The first baby with three parents contributing to its DNA has been born in Mexico, according to New Scientist.
The baby boy was born to a Jordanian couple on April 6, and the procedure was done in the hopes of stopping him from inheriting a genetic condition from his mother.
It's a controversial technique where the nucleus of the mother's egg is removed and inserted into a donor egg, which has had its own nucleus removed.
The mother has Leigh syndrome, a fatal disorder affecting the nervous system of infants. Its genes are found only in the mitochondrial DNA, not the nucleus.
Currently the procedure has only been legally approved in the UK, so the US-based team performed the procedure in Mexico, where "there are no rules", says Dr John Zhang.
And it seems to have worked. Five embryos were created, only one of which developed and was implanted into the mother.
While she previously had several miscarriages and both of her children died young due to Leigh syndrome, the boy is healthy so far, New Scientist reports.
Less than 1 percent of his mitochondria is mutated, and it's thought problems arise after around 18 percent is affected.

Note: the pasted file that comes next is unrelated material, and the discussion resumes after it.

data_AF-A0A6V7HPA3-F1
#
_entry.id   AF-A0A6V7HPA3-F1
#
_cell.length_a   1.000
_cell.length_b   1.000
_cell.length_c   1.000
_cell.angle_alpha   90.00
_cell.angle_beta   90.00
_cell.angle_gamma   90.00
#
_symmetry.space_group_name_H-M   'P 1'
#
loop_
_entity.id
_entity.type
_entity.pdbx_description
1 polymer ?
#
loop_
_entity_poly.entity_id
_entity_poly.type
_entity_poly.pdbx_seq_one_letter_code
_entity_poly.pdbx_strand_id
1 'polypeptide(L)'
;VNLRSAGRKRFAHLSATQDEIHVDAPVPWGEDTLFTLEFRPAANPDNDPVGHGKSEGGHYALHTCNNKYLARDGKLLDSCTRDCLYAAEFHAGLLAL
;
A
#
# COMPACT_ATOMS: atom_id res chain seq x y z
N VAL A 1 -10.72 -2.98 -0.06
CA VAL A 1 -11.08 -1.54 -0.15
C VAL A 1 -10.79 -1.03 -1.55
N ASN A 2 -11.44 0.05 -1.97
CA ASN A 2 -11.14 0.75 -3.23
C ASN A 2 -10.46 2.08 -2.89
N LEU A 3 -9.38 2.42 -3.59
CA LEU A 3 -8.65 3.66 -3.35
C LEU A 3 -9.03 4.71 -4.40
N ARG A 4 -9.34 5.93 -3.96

Dr Zhang says the procedure was the right decision to make.
"To save lives is the ethical thing to do," he says.
The baby will continue to be monitored as he grows older to see if he does develop mitochondrial issues.
Professor Sian Harding reviewed the UK procedure's ethics, and told New Scientist this technique seems to be ethical.
"It's as good as or better than what we'll do in the UK," she says.
But the last time embryologists attempted a three-parent baby, it didn't end well. In the 1990s a donor's mitochondrial DNA was injected into another woman's egg, which was then fertilised with the father's sperm.
The technique was banned after some of the babies ended up developing genetic disorders.
However, with the removal of the donor nucleus in this procedure it's hoped the same complications won't occur, as there will only be one source of mitochondria rather than two.
The findings will be discussed by the team at the American Society for Reproductive Medicine's Scientific Congress in October.